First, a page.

The project

Our knowledge of ecology of migrants in their wintering grounds is extremely poor and severely hampers our ability to explain these declines and conserve this group of species. We lack even basic information about when birds arrive, the habitats they use and how they move around Africa.

The aim is to understand how Palearctic-African migrants use and move around the different vegetation zones found in West Africa, ranging from the semi-desert Sahelian region in Burkina Faso to the lush tropical rainforest in southern Ghana, and whether habitat change may impact them on their wintering grounds.

During the temperate winter of 2009/2010, using point count methodology and mist-netting, we recorded migrants along a degradation gradient at five different stations on a north-south transect. In 2010/2011 we plan to re-visit these sites as well as roving further afield to get a broader picture of migrant habitat use.

1st - 12th December - Final push to catch more birds

These last two weeks have flown by!   After expressing a wish to catch more wood warblers in our last post, on the 2nd December the team managed to get a third, and was named Cocoa.  Unfortunately with one of our two radio receivers out of action, it did mean that we had to leave it at 3 birds to track - enough to keep the team busy with 3 tracks per bird per day.  This only lasted until the 6th, however, as by then Roger and Japheth were having problems with Black Star. The problem was solved when they found its tag on the ground, attached to a moulted tail feather.  This is about the time when they should be starting their moult, and so it came as no great surprise.

With Black Star now out of the picture, so to speak, and just 2 trackable wood warblers remaining, we wondered whether it was wise to try and tag another bird with just a few days left, when a tag can last up to 3 weeks.  We decided against it after carrying out a site survey on the 7th.  When using playback to illicit a response from birds otherwise not seen, both Asante and Cocoa were detected, their colour rings clearly visible.  Also, a much greater number of birds appeared to be around, compared to our earlier counts on the 16th & 17th November, and, it seemed, more than were around even since Cocoa was caught.  Therefore some more trapping effort was embarked upon to just colour-ring as many as possible.  Having learnt last season that we can resight November & December-caught birds even in late March, the more colour-ringed birds around, the better.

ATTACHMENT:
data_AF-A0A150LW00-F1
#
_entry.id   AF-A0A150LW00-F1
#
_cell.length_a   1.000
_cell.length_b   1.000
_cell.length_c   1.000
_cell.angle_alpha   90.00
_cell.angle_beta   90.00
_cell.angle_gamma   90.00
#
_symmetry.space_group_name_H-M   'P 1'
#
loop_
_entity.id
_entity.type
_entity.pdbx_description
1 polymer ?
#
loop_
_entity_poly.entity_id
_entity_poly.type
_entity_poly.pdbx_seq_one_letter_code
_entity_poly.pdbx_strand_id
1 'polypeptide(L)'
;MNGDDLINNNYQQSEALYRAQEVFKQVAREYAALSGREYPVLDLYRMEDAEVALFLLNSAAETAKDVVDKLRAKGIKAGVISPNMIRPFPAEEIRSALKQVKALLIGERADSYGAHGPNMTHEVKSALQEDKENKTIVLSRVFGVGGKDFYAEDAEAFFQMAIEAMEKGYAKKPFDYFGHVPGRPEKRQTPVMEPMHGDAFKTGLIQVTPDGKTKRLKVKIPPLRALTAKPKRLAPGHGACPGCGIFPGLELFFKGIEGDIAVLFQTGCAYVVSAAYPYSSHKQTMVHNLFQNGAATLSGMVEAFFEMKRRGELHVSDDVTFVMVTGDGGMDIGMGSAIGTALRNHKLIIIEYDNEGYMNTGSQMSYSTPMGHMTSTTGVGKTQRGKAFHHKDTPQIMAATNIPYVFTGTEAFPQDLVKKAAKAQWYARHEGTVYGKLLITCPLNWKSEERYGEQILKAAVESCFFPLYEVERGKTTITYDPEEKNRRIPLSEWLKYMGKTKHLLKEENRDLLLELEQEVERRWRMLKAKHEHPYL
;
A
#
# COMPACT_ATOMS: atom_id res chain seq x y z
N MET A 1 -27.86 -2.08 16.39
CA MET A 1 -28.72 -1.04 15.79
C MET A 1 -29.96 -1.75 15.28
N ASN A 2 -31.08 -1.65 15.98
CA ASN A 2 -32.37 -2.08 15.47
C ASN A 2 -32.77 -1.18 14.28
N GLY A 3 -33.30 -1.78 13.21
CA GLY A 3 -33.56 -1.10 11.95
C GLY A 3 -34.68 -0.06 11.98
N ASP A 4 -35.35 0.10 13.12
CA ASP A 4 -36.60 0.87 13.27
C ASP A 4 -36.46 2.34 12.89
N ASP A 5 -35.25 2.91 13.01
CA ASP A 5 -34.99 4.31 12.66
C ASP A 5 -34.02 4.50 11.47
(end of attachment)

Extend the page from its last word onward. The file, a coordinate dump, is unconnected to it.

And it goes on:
Asante's tag eventually failed on the 9th, which allowed Roger and Japheth even more time to try catching and colour-ringing.  In the last few days in the field, in between tracking, R & J colour-ringed another 8 wood warblers - a testament to their great effort, but also perhaps to the genuine increase in overall numbers now present.  We now have 10 colour-ringed birds on the main site, plus Black Star a few hundred metres outside.  Should provide us with some extra home-range info if we get any resightings from January.

We wrapped up on the study site on the 12th, with Japheth and Oppong returning to Accra, hopefully for a good rest!  Now back in the UK, Roger and I will re-group with and expanded team on the 6th of Jan, and will hopefully be back in the field on the 8th.

For the time being, have a Merry Christmas and best wishes for 2013!